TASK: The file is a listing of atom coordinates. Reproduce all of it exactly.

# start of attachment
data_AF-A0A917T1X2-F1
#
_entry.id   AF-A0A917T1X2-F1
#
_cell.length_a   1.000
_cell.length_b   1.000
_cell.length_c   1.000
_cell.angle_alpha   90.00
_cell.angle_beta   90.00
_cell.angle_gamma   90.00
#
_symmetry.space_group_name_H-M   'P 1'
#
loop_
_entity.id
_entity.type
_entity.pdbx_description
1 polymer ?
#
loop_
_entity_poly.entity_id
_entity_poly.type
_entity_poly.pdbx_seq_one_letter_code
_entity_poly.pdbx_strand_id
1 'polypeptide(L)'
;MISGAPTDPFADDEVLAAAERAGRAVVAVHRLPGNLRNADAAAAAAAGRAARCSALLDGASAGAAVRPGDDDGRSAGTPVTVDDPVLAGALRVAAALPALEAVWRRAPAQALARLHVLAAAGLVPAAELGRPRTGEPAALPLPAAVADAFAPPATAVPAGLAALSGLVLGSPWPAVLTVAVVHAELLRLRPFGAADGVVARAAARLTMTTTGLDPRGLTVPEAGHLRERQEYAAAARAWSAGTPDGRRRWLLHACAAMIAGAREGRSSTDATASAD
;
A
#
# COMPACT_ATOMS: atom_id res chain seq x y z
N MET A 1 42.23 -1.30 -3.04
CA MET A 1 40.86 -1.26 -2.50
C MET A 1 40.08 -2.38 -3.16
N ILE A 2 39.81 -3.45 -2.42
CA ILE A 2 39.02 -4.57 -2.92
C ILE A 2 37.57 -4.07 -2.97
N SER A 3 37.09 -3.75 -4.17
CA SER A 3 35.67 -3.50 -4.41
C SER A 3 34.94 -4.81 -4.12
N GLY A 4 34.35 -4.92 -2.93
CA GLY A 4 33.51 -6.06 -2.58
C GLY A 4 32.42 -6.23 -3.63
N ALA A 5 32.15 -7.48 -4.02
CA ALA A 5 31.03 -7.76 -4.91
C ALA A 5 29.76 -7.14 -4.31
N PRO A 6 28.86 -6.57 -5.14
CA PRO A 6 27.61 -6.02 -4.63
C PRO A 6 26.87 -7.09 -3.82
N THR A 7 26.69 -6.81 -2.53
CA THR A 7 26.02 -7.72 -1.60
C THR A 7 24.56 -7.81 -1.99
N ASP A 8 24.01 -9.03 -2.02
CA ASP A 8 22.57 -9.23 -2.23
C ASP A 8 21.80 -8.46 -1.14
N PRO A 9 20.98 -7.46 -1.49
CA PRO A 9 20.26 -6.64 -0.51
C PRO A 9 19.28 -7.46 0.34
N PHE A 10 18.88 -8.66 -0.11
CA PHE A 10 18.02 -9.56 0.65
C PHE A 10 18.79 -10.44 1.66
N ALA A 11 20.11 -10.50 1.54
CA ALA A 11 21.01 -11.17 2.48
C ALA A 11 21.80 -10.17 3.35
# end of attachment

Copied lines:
data_AF-A0A917T1X2-F1
#
_entry.id   AF-A0A917T1X2-F1
#
_cell.length_a   1.000
_cell.length_b   1.000
_cell.length_c   1.000
_cell.angle_alpha   90.00
_cell.angle_beta   90.00
_cell.angle_gamma   90.00
#
_symmetry.space_group_name_H-M   'P 1'
#
loop_
_entity.id
_entity.type
_entity.pdbx_description
1 polymer ?
#
loop_
_entity_poly.entity_id
_entity_poly.type
_entity_poly.pdbx_seq_one_letter_code
_entity_poly.pdbx_strand_id
1 'polypeptide(L)'
;MISGAPTDPFADDEVLAAAERAGRAVVAVHRLPGNLRNADAAAAAAAGRAARCSALLDGASAGAAVRPGDDDGRSAGTPVTVDDPVLAGALRVAAALPALEAVWRRAPAQALARLHVLAAAGLVPAAELGRPRTGEPAALPLPAAVADAFAPPATAVPAGLAALSGLVLGSPWPAVLTVAVVHAELLRLRPFGAADGVVARAAARLTMTTTGLDPRGLTVPEAGHLRERQEYAAAARAWSAGTPDGRRRWLLHACAAMIAGAREGRSSTDATASAD
;
A
#
# COMPACT_ATOMS: atom_id res chain seq x y z
N MET A 1 42.23 -1.30 -3.04
CA MET A 1 40.86 -1.26 -2.50
C MET A 1 40.08 -2.38 -3.16
N ILE A 2 39.81 -3.45 -2.42
CA ILE A 2 39.02 -4.57 -2.92
C ILE A 2 37.57 -4.07 -2.97
N SER A 3 37.09 -3.75 -4.17
CA SER A 3 35.67 -3.50 -4.41
C SER A 3 34.94 -4.81 -4.12
N GLY A 4 34.35 -4.92 -2.93
CA GLY A 4 33.51 -6.06 -2.58
C GLY A 4 32.42 -6.23 -3.63
N ALA A 5 32.15 -7.48 -4.02
CA ALA A 5 31.03 -7.76 -4.91
C ALA A 5 29.76 -7.14 -4.31
N PRO A 6 28.86 -6.57 -5.14
CA PRO A 6 27.61 -6.02 -4.63
C PRO A 6 26.87 -7.09 -3.82
N THR A 7 26.69 -6.81 -2.53
CA THR A 7 26.02 -7.72 -1.60
C THR A 7 24.56 -7.81 -1.99
N ASP A 8 24.01 -9.03 -2.02
CA ASP A 8 22.57 -9.23 -2.23
C ASP A 8 21.80 -8.46 -1.14
N PRO A 9 20.98 -7.46 -1.49
CA PRO A 9 20.26 -6.64 -0.51
C PRO A 9 19.28 -7.46 0.34
N PHE A 10 18.88 -8.66 -0.11
CA PHE A 10 18.02 -9.56 0.65
C PHE A 10 18.79 -10.44 1.66
N ALA A 11 20.11 -10.50 1.54
CA ALA A 11 21.01 -11.17 2.48
C ALA A 11 21.80 -10.17 3.35